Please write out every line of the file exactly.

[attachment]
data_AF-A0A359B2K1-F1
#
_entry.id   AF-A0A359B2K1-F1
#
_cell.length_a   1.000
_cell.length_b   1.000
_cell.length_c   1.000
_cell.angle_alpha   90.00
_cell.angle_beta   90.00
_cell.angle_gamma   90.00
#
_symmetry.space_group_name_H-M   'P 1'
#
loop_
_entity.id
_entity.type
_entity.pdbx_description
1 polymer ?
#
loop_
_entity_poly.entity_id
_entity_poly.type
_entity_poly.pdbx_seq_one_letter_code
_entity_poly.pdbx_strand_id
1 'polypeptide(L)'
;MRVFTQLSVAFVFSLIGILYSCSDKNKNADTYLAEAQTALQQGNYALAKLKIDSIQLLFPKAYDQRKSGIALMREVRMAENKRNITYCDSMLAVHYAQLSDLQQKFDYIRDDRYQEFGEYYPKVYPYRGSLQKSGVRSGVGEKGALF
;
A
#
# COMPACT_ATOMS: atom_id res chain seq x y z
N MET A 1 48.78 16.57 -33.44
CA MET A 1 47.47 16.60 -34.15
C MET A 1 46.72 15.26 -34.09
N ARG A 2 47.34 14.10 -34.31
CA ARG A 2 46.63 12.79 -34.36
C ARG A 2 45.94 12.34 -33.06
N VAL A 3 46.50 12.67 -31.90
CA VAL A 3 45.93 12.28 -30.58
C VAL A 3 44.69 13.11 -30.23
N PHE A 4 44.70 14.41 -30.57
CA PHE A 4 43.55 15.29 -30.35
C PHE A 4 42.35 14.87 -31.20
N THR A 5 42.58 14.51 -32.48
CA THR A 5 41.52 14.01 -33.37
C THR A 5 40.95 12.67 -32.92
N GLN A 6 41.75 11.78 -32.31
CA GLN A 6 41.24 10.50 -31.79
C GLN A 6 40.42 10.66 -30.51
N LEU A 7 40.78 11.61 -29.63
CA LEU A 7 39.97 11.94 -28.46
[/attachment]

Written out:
data_AF-A0A359B2K1-F1
#
_entry.id   AF-A0A359B2K1-F1
#
_cell.length_a   1.000
_cell.length_b   1.000
_cell.length_c   1.000
_cell.angle_alpha   90.00
_cell.angle_beta   90.00
_cell.angle_gamma   90.00
#
_symmetry.space_group_name_H-M   'P 1'
#
loop_
_entity.id
_entity.type
_entity.pdbx_description
1 polymer ?
#
loop_
_entity_poly.entity_id
_entity_poly.type
_entity_poly.pdbx_seq_one_letter_code
_entity_poly.pdbx_strand_id
1 'polypeptide(L)'
;MRVFTQLSVAFVFSLIGILYSCSDKNKNADTYLAEAQTALQQGNYALAKLKIDSIQLLFPKAYDQRKSGIALMREVRMAENKRNITYCDSMLAVHYAQLSDLQQKFDYIRDDRYQEFGEYYPKVYPYRGSLQKSGVRSGVGEKGALF
;
A
#
# COMPACT_ATOMS: atom_id res chain seq x y z
N MET A 1 48.78 16.57 -33.44
CA MET A 1 47.47 16.60 -34.15
C MET A 1 46.72 15.26 -34.09
N ARG A 2 47.34 14.10 -34.31
CA ARG A 2 46.63 12.79 -34.36
C ARG A 2 45.94 12.34 -33.06
N VAL A 3 46.50 12.67 -31.90
CA VAL A 3 45.93 12.28 -30.58
C VAL A 3 44.69 13.11 -30.23
N PHE A 4 44.70 14.41 -30.57
CA PHE A 4 43.55 15.29 -30.35
C PHE A 4 42.35 14.87 -31.20
N THR A 5 42.58 14.51 -32.48
CA THR A 5 41.52 14.01 -33.37
C THR A 5 40.95 12.67 -32.92
N GLN A 6 41.75 11.78 -32.31
CA GLN A 6 41.24 10.50 -31.79
C GLN A 6 40.42 10.66 -30.51
N LEU A 7 40.78 11.61 -29.63
CA LEU A 7 39.97 11.94 -28.46